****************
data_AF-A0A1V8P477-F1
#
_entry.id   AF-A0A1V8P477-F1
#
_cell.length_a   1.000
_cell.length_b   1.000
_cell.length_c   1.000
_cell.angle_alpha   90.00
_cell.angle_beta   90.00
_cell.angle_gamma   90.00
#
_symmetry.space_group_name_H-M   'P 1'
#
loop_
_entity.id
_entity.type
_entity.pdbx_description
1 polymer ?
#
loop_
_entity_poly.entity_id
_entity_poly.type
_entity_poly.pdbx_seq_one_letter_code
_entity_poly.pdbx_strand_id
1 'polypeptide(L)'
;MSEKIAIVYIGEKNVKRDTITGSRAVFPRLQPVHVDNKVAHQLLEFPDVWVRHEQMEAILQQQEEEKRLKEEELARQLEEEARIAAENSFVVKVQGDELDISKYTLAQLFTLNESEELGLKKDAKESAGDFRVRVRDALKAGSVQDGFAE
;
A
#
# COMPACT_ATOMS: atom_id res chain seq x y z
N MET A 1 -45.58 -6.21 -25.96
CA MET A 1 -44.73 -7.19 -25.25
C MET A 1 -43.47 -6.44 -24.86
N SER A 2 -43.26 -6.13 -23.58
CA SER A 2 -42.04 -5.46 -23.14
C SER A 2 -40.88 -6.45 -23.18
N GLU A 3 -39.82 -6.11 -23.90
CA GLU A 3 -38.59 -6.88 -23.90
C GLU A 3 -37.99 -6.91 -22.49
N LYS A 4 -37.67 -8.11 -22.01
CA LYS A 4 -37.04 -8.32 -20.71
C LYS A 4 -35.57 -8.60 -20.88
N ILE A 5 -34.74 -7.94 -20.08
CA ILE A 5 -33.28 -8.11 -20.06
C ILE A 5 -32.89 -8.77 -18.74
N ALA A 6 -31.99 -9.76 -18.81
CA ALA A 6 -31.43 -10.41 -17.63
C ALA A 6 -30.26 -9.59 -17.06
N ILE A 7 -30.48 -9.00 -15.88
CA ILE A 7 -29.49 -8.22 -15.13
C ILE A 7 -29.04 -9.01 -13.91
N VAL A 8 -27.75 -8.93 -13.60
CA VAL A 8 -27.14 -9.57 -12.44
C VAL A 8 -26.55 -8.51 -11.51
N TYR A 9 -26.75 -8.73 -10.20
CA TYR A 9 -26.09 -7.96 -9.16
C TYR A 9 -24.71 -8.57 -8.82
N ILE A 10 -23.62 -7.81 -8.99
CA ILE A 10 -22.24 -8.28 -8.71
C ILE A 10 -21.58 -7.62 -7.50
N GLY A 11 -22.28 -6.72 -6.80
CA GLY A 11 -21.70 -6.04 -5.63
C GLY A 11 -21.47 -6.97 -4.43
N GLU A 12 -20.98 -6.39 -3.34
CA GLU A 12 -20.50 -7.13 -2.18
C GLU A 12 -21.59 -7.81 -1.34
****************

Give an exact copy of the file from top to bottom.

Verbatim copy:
data_AF-A0A1V8P477-F1
#
_entry.id   AF-A0A1V8P477-F1
#
_cell.length_a   1.000
_cell.length_b   1.000
_cell.length_c   1.000
_cell.angle_alpha   90.00
_cell.angle_beta   90.00
_cell.angle_gamma   90.00
#
_symmetry.space_group_name_H-M   'P 1'
#
loop_
_entity.id
_entity.type
_entity.pdbx_description
1 polymer ?
#
loop_
_entity_poly.entity_id
_entity_poly.type
_entity_poly.pdbx_seq_one_letter_code
_entity_poly.pdbx_strand_id
1 'polypeptide(L)'
;MSEKIAIVYIGEKNVKRDTITGSRAVFPRLQPVHVDNKVAHQLLEFPDVWVRHEQMEAILQQQEEEKRLKEEELARQLEEEARIAAENSFVVKVQGDELDISKYTLAQLFTLNESEELGLKKDAKESAGDFRVRVRDALKAGSVQDGFAE
;
A
#
# COMPACT_ATOMS: atom_id res chain seq x y z
N MET A 1 -45.58 -6.21 -25.96
CA MET A 1 -44.73 -7.19 -25.25
C MET A 1 -43.47 -6.44 -24.86
N SER A 2 -43.26 -6.13 -23.58
CA SER A 2 -42.04 -5.46 -23.14
C SER A 2 -40.88 -6.45 -23.18
N GLU A 3 -39.82 -6.11 -23.90
CA GLU A 3 -38.59 -6.88 -23.90
C GLU A 3 -37.99 -6.91 -22.49
N LYS A 4 -37.67 -8.11 -22.01
CA LYS A 4 -37.04 -8.32 -20.71
C LYS A 4 -35.57 -8.60 -20.88
N ILE A 5 -34.74 -7.94 -20.08
CA ILE A 5 -33.28 -8.11 -20.06
C ILE A 5 -32.89 -8.77 -18.74
N ALA A 6 -31.99 -9.76 -18.81
CA ALA A 6 -31.43 -10.41 -17.63
C ALA A 6 -30.26 -9.59 -17.06
N ILE A 7 -30.48 -9.00 -15.88
CA ILE A 7 -29.49 -8.22 -15.13
C ILE A 7 -29.04 -9.01 -13.91
N VAL A 8 -27.75 -8.93 -13.60
CA VAL A 8 -27.14 -9.57 -12.44
C VAL A 8 -26.55 -8.51 -11.51
N TYR A 9 -26.75 -8.73 -10.20
CA TYR A 9 -26.09 -7.96 -9.16
C TYR A 9 -24.71 -8.57 -8.82
N ILE A 10 -23.62 -7.81 -8.99
CA ILE A 10 -22.24 -8.28 -8.71
C ILE A 10 -21.58 -7.62 -7.50
N GLY A 11 -22.28 -6.72 -6.80
CA GLY A 11 -21.70 -6.04 -5.63
C GLY A 11 -21.47 -6.97 -4.43
N GLU A 12 -20.98 -6.39 -3.34
CA GLU A 12 -20.50 -7.13 -2.18
C GLU A 12 -21.59 -7.81 -1.34